In Figure 5, the abscissa represents period and the ordinate indicates the speed of source IP in a unit time (Figure 5(a)), the speed of source port in a unit time (Figure 5(b)), the standard deviation of the number of flow packets in the period (Figure 5(c)), the standard deviation of the number of flow bits in the period (Figure 5(d)), the speed of flow entries in a unit time (Figure 5(e)), and the Ratio of Pair-Flow in a period (Figure 5(f)). In the experiment, we attack the periods. In the event of an attack, the number of flow entries per unit time will increase dramatically. Generally, the attack is based on the pseudosource random IP addresses and port numbers. The amount of source IP and the number of source ports are also increased in a unit time. So there are similar growth trends in Figures 5(a), 5(b), and 5(e). Under normal circumstances, sending the data packets is relatively large, and in the attack, in order to achieve the attack effect, attacker usually sends data as soon as possible, so the data packets are relatively small and unchanged. Thus, the standard deviations of the number of flow packets and the number of flow bits in a period are relatively small and have tiny fluctuations. As shown in Figures 5(c) and 5(d), the two characteristic parameters are large and fluctuating obviously in the normal periods, and they are very small and change gently in the 20–40 periods. When we access the network normally, the source host and the destination host will produce interactive flow entries. In the time of an attack, due to using virtual random source IP addresses and source port numbers commonly, when the large amount of requests occur, the destination host cannot respond timely. Therefore, the proportion of interactive flow will decrease sharply. As shown in Figure 5(f), in the 20–40 periods, the interactive flow entries drop to almost zero. Under the normal circumstances, the ratio of interactive flow entries is relatively large and fluctuates in a normal range.

We used the SVM function in Rstudio [19] to train the data to get the SVM model and use the model to predict the test data. We use the two characteristic values SSIP and RPF in the test data to draw classification chart; the classification results are shown in Figure 6.

Figure 6: Classification results.

In the experiment, the experimental data is nonlinear separable, and it is multidimensional, so the classification hyperplane is not a straight line or a plane but a curved surface (two-dimensional image displays curve). The light green area is the normal network access data. The pink area indicates that the network is being attacked. The red marks are the data distribution of the network being attacked. “” represents the support vectors in this figure.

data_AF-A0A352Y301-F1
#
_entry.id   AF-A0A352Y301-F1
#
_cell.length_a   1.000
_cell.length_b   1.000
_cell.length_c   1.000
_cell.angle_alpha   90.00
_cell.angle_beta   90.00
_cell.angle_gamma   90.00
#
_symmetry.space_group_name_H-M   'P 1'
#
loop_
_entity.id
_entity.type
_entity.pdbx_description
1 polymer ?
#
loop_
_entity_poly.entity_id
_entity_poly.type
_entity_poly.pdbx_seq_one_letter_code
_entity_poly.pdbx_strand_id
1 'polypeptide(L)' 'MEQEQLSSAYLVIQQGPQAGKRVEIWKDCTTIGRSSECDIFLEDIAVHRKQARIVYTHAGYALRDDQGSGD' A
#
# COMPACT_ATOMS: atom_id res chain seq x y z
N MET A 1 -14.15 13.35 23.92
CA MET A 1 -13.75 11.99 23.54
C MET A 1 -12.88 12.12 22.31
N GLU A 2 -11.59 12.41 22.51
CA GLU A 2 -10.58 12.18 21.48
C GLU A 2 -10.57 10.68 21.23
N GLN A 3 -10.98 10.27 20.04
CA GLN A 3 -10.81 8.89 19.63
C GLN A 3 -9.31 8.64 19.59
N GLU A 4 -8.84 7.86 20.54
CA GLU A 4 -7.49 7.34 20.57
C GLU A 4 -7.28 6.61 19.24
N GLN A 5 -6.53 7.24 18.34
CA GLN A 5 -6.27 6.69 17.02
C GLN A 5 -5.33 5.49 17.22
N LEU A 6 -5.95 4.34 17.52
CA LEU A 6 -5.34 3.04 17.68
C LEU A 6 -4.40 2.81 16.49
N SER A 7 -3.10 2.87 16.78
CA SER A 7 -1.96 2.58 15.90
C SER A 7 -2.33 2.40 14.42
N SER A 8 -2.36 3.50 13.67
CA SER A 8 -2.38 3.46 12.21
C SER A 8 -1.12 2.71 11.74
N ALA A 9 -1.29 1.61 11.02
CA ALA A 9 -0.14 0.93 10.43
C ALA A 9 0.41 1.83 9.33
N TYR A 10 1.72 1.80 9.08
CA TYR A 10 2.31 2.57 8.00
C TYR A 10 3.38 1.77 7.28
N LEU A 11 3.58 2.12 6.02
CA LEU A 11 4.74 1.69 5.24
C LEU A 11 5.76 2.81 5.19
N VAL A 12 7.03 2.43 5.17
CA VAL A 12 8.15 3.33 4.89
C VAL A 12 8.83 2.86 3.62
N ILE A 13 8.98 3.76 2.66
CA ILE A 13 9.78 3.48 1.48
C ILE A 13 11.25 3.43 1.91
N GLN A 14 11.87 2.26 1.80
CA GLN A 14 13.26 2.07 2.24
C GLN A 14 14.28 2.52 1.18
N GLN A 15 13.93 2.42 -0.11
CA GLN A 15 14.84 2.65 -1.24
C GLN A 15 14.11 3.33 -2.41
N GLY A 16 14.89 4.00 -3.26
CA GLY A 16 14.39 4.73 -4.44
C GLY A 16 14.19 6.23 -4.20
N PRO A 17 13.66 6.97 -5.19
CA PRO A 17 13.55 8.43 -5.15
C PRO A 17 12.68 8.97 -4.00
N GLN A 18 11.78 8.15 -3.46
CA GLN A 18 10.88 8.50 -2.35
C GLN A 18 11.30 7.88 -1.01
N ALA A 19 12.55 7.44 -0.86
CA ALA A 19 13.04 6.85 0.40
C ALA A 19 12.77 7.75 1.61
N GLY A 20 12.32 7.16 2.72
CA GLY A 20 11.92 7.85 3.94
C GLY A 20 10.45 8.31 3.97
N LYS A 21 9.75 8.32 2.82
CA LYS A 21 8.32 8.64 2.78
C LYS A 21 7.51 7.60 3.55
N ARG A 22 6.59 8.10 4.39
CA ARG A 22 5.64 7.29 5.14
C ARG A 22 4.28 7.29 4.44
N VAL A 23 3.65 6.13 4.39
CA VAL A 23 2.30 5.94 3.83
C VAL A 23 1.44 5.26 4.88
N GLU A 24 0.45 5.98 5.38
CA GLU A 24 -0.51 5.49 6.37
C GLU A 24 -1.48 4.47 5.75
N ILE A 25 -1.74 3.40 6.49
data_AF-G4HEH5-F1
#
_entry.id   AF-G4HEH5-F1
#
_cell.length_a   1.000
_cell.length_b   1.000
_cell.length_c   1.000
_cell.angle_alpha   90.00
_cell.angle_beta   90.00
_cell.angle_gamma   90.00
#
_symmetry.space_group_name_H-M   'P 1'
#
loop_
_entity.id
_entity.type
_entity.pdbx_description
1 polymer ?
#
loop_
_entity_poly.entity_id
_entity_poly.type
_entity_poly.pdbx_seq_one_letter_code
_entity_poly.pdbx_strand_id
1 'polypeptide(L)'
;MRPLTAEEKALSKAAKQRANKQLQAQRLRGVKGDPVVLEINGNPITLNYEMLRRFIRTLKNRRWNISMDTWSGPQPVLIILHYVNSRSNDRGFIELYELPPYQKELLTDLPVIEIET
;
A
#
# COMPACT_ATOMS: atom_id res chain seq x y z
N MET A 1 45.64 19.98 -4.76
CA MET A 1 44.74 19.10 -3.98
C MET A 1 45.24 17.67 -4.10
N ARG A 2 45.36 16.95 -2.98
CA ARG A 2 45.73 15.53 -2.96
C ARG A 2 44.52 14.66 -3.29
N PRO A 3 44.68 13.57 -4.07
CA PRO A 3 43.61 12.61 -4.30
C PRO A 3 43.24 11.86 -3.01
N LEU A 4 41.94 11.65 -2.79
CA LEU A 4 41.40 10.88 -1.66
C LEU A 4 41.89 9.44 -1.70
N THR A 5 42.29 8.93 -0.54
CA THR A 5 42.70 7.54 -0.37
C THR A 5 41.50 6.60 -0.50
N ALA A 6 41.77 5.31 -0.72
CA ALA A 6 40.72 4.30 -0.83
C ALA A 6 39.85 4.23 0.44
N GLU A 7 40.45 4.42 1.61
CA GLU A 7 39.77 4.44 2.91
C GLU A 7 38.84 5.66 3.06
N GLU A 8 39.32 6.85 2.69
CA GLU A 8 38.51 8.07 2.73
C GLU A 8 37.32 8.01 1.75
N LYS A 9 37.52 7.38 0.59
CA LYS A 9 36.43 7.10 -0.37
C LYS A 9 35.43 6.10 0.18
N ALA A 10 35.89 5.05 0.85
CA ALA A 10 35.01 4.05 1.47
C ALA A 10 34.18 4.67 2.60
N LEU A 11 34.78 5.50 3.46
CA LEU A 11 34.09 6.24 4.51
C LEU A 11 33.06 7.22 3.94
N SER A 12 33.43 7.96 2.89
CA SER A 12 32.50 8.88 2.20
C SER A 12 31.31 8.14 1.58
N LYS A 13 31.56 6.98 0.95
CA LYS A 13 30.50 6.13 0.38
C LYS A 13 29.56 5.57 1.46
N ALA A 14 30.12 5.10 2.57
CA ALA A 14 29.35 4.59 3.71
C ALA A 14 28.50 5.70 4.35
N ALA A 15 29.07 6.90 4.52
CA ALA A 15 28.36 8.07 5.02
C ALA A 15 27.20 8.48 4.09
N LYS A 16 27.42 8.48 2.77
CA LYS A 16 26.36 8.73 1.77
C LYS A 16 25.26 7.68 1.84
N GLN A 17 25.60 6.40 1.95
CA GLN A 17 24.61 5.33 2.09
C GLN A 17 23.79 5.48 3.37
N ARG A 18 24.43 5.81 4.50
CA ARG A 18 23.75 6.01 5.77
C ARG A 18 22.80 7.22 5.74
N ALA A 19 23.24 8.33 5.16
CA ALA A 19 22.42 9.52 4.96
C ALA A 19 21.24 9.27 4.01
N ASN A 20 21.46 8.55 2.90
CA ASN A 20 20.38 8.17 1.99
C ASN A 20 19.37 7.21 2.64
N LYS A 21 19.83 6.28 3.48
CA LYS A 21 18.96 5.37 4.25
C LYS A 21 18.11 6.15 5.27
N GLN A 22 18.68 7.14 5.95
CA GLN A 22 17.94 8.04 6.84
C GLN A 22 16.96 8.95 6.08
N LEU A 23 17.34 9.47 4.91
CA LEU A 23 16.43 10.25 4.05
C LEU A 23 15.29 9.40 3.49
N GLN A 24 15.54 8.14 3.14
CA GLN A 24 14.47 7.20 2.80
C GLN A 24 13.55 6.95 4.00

The performance of the attack detection is displayed by the detection rate (DR) and false alarm rate (FAR); the formulas are calculated as the values: In this formula, indicates that the attack flow is detected as an attack flow, and means that the attack flow is detected as a normal flow. In the formula, means that the normal flow is detected as an attack flow, and indicates that the normal flow is detected as a normal flow.

In the experiment, the normal traffic is composed of three basic communication kinds of traffic (TCP, UDP, and ICMP) and the attack traffic consists of three separate types of attack traffic: TCP, UDP, and ICMP. The accuracy rate and false alarm rate of packet detection for different lengths of the three types of attack traffic are shown in Table 2. The average detection accuracy rate of this experiment is 95.24%, and the average false alarm rate is 1.26%, and the expected effect was achieved. The low false alarm rate is a good result and, on the other hand, it may be that our simulation of normal data flow is not comprehensive enough, which is what we need to improve in the future. The relatively low accuracy rate of ICMP flow detection may be due to the fact that the ICMP traffic has no source port and destination port, so the characteristic matrix is only 4 dimensions. But our experimental results still have a high detection accuracy rate, which reached our goal.

Table 2: The experimental results of three kinds of attacks.

4. Concluding Remarks

In this paper, the flow status information of the network traffic is collected on the switch by the controller. We extracted the six-tuple characteristic values related to DDoS attack and then use the support vector machine algorithm to judge the traffic and carry out DDoS attack detection. We focus on the analysis of the changes of the characteristic values of traffic and verify the feasibility of this method by deploying the SDN experimental environment. The detection accuracy rate of the experiment is high and the false alarm rate is low, which has obtained our expected results. In comparison, the test detection accuracy rate of ICMP attack flow is relatively low. By analyzing the ICMP traffic, we have come to the conclusion that the ICMP flow has no source port and destination port, so SSP and RPF are zero, which makes the six-tuple characteristic values matrix change into four-tuple characteristic values matrix, whether attacked or not. But this has little effect on the experimental results, and our experiment has achieved the goal. On the other hand, due to the very low false alarm rate, we should simulate the normal data flow more comprehensively, which is what we need to improve in the future.

Conflicts of Interest

There are no conflicts of interest in this paper.

Acknowledgments

This work is supported by the National Natural Science Foundation of China (nos. 61762030, 61462007).